Re: Common Locale Data Repository Project

From: Philippe Verdy (
Date: Thu Apr 22 2004 - 17:51:33 EDT

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    From: "Rick McGowan" <>
    > The Unicode® Consortium announced today that it will be hosting the Common
    > Locale Data Repository project, providing key building blocks for software
    > to support the world's languages.
    > For more information and links to the project pages, please see:

    Is that a contribution of the Unicode Consortium to the project
    (former, maintained with most help from the FSF), or a decision to
    make the project be more open by pushing it to a more visible

    In that case, I'm surprised to see that the preliminary pages on the's CLDR project defines it as a UTS (Standard) when it is a revizion
    of a previously published released 1.0 of LDML, plus the repository which is
    still hosted in the IBM's ICU project repository...

    Some confusion will occur for now if the CLDR pages reference a UTS (standard)
    rather than a UTR, which it should still be now, until there's a final approval
    as a standard (don't forget the Microsoft vote here, as it is camaigning a lot
    against Linux, which was the base platform from which the project
    was born. Also the only certified platform for is RedHat, a Linux

    Will Microsoft endorse this addition into the domain of I hope so,
    if this can help improve interoperability of platforms in this domain. I also
    hope that IBM will continue his woderful support for the CLDR collection of data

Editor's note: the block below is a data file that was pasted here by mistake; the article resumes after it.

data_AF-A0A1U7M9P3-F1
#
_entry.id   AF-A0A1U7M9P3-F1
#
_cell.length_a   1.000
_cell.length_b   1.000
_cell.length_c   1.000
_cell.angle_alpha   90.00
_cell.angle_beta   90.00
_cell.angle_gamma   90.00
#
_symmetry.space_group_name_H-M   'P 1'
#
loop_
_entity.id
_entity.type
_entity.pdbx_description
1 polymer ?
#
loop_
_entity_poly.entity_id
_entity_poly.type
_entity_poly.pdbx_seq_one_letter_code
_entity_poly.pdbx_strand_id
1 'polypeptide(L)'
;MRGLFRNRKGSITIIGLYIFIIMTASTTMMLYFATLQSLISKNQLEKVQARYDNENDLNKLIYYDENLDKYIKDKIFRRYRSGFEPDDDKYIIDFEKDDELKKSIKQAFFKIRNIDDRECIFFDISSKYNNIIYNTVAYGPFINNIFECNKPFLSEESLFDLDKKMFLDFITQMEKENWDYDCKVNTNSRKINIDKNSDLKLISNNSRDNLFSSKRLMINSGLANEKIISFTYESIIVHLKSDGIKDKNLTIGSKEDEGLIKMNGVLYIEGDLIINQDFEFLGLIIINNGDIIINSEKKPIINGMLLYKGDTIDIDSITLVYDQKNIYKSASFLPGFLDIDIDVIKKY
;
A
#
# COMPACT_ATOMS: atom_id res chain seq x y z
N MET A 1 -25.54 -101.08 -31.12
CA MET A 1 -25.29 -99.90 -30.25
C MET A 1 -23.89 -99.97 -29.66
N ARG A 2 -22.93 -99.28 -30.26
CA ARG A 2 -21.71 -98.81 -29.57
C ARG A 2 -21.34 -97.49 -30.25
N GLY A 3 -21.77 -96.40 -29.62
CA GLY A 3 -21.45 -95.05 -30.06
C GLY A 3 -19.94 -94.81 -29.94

for the repository, and that Microsoft and others will contribute too to make
    this important repository a key element for the convergence of platforms.

    May be this collaborative and richer standard will bring to the final approval
    of the unfinished ISO 3066 standard which developers and users want since so

    What will happen to the discussion lists on Will it be easy to
    contribute locale data or to submit bug reports as it was in the past? I'm sure
    that the Unicode subcommitee that will take in charge the CLDR will need a new
    policy to accept new members using also their own technical solutions.

    At least I see a good point here if merges with Unicode's goals:
    Unicode has now a concrete application of its standard (for example the CLDR
    will contain what has always been missing in Unicode: a clear definition of its
    usage with concreate languages and locales; so Unicode will not ignore the
    specific issues that come with some languages)

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